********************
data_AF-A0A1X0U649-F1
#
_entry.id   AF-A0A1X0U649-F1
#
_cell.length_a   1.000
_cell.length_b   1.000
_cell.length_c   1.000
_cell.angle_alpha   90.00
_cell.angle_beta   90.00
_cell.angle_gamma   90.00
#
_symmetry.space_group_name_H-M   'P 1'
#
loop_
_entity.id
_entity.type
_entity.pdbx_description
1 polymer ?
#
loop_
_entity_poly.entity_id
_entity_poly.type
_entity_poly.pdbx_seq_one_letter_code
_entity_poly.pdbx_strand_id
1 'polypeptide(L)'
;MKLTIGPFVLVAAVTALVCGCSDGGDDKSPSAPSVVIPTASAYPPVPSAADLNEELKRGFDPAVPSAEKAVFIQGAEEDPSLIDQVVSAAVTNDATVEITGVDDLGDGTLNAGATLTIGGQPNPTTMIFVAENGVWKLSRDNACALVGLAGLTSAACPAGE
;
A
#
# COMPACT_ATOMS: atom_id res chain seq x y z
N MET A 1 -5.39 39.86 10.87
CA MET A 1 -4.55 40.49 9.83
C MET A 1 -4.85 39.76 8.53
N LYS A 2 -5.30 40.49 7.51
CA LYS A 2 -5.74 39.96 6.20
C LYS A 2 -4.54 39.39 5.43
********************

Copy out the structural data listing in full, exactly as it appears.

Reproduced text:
data_AF-A0A1X0U649-F1
#
_entry.id   AF-A0A1X0U649-F1
#
_cell.length_a   1.000
_cell.length_b   1.000
_cell.length_c   1.000
_cell.angle_alpha   90.00
_cell.angle_beta   90.00
_cell.angle_gamma   90.00
#
_symmetry.space_group_name_H-M   'P 1'
#
loop_
_entity.id
_entity.type
_entity.pdbx_description
1 polymer ?
#
loop_
_entity_poly.entity_id
_entity_poly.type
_entity_poly.pdbx_seq_one_letter_code
_entity_poly.pdbx_strand_id
1 'polypeptide(L)'
;MKLTIGPFVLVAAVTALVCGCSDGGDDKSPSAPSVVIPTASAYPPVPSAADLNEELKRGFDPAVPSAEKAVFIQGAEEDPSLIDQVVSAAVTNDATVEITGVDDLGDGTLNAGATLTIGGQPNPTTMIFVAENGVWKLSRDNACALVGLAGLTSAACPAGE
;
A
#
# COMPACT_ATOMS: atom_id res chain seq x y z
N MET A 1 -5.39 39.86 10.87
CA MET A 1 -4.55 40.49 9.83
C MET A 1 -4.85 39.76 8.53
N LYS A 2 -5.30 40.49 7.51
CA LYS A 2 -5.74 39.96 6.20
C LYS A 2 -4.54 39.39 5.43